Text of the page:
Fellowship commemorates NASA mathematician Dorothy McFadden Hoover from Hope
TEXARKANA, Ark. – The University of Arkansas Hope-Texarkana recently announced the Dorothy McFadden Hoover “Hidden Figure” Memorial Scholarship.
The endowed scholarship was created with $20,000 in donations from Ozaree Twillie, Ellen Turner and Giving Tuesday 2021 campaign donors. Established in 2012, Giving Tuesday is a global giving movement that promotes all acts of giving.
The scholarship provides financial assistance to students pursuing a certificate or degree from the University of Arkansas Hope-Texarkana, with preference given to an African American female with a minimum 2.5 GPA. Scholarships from this endowment will now be awarded annually, according to communications coordinator Casey Curtis.
The cost of tuition at UAHT is $69 per credit hour for Hempstead County residents and $79 per hour for out-of-state residents, plus fees.
“We are grateful to have created this scholarship in memory of Dorothy and to help students follow in her footsteps,” Ozaree Twillie, who is Hoover’s niece, said in a press release.
The scholarship is named in honor of Hoover to commemorate his life and accomplishments. Hoover was born to William and Elizabeth (Wilburn) McFadden on July 1, 1918 in Hope, Arkansas. She graduated from Yerger High School in 1934 at the age of 15.
In 1943, Hoover earned his first master’s degree, a master of science in mathematics, from Atlanta University (now Clark Atlanta University), the first institution in the nation to award graduate degrees to African Americans. . In 1954, as a single mother of two young children, she earned her second master’s degree in physics at the University of Arkansas in Fayetteville.
Part of his 1954 master’s thesis, “Estimates of Error in Numerical Integration”, was included in the Journal of the Arkansas Academy of Sciences the following year. She then entered the doctorate. math program at the University of Michigan, as a lecturer and instructor in “school algebra” and trigonometry.
Ellen Turner said she, Richard Sallee and Janice Russell all went to Hope High School together in the 1960s and learned about Hoover’s story. Inspired by the details of Hoover’s life, they wanted to know more.
A lifelong science teacher, Turner’s goal was to tell Hoover’s story as an inspiration to students interested in STEM courses, especially young women of color.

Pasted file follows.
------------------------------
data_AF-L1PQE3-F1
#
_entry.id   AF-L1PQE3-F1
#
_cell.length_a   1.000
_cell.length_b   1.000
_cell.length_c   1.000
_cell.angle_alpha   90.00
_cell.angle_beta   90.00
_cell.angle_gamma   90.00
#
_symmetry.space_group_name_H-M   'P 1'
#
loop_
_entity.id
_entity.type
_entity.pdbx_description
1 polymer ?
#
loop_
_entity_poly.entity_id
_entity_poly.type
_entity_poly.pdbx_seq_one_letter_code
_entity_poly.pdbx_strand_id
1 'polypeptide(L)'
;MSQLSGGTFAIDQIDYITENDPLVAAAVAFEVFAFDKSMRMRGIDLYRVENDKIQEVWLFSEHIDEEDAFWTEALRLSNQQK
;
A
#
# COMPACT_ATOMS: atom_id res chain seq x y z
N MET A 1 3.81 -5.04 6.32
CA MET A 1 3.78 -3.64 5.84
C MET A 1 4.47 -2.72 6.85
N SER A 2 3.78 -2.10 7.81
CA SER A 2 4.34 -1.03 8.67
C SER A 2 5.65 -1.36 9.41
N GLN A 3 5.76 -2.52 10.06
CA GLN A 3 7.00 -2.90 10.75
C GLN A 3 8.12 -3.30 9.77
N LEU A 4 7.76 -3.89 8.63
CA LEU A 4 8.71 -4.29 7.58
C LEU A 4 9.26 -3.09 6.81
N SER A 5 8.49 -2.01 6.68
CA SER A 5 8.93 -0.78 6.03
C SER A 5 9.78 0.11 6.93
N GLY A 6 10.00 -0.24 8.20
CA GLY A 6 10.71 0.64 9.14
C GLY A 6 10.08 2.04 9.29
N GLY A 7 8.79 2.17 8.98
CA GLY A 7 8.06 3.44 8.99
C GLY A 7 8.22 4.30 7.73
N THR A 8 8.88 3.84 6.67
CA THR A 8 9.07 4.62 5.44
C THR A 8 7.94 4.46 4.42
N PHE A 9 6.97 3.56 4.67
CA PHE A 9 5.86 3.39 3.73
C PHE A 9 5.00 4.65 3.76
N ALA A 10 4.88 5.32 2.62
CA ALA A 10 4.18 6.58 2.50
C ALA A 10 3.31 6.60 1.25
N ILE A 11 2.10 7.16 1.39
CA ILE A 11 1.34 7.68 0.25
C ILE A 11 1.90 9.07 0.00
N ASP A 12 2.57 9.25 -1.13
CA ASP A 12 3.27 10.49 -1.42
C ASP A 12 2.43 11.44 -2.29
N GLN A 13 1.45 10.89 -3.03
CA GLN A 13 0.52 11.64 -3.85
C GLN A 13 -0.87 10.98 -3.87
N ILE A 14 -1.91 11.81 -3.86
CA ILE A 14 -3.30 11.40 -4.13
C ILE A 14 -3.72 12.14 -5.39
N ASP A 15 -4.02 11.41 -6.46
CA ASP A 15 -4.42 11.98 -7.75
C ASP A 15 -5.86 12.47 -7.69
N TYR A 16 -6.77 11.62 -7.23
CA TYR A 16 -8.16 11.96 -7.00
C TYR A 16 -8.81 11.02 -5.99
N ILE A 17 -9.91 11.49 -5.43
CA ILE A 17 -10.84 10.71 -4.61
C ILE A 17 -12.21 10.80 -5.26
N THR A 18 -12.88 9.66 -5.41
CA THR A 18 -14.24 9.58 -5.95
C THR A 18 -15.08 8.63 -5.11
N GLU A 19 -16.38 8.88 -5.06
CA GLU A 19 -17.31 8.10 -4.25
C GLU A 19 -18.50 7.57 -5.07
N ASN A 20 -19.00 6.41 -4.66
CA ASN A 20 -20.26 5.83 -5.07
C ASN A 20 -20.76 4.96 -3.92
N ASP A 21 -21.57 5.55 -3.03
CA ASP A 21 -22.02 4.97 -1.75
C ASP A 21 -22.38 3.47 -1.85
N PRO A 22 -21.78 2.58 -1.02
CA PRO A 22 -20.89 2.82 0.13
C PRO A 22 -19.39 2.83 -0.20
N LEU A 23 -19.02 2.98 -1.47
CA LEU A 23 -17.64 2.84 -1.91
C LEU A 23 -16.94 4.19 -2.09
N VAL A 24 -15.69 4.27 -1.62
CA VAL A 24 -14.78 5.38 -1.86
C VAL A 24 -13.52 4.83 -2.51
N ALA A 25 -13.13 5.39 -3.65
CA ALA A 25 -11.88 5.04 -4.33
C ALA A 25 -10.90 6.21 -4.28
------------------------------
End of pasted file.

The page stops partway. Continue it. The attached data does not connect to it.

“I can’t really tell you why this has fascinated me for so long, but it’s just an amazing story,” Turner said.
Hoover was one of the first of six African-American women hired as P-1 mathematicians at Langley Labs.
In late 1946, Hoover began working as a senior mathematician for the Stability Analysis Section from 1946 to 1951. By 1951, she had earned the prestigious title of Aeronautical Research Scientist.
Hoover was the first African-American woman to appear on a Langley engineering report; typically only white engineers were listed. The contributions made by Hoover have had practical applications in the development of the aircraft industry in the United States and around the world.
This wing design allowed stable flight at increasingly higher speeds. Today, every cargo or commercial jet aircraft uses the thin, tapered jet wing, which has become the aviation industry standard. It also supports the US Air Force’s long-range B-52 bomber, C5 large cargo plane, and AWACS, a converted Boeing 707.
“We are thrilled that Dorothy is beginning to get the recognition she deserves for her professional and academic contributions,” Richard Sallee said in a statement from UAHT. “His original work in the early 1950s as co-inventor of the thin, swept, tapered (jet) wing forever changed commercial and cargo aviation. This wing technology enabled the industry aeronautics to become one of the most dynamic industries of the second half of the 20th century. It is still the wing that the aeronautical industry uses today.”
Turner said she hopes Hoover’s story will reach out and inspire others.
“We’ve put some amazing people in the world of (Hope, Ark.), and she’s definitely one of them,” she said. “We hope this gets the word out so people can see how amazing she was.”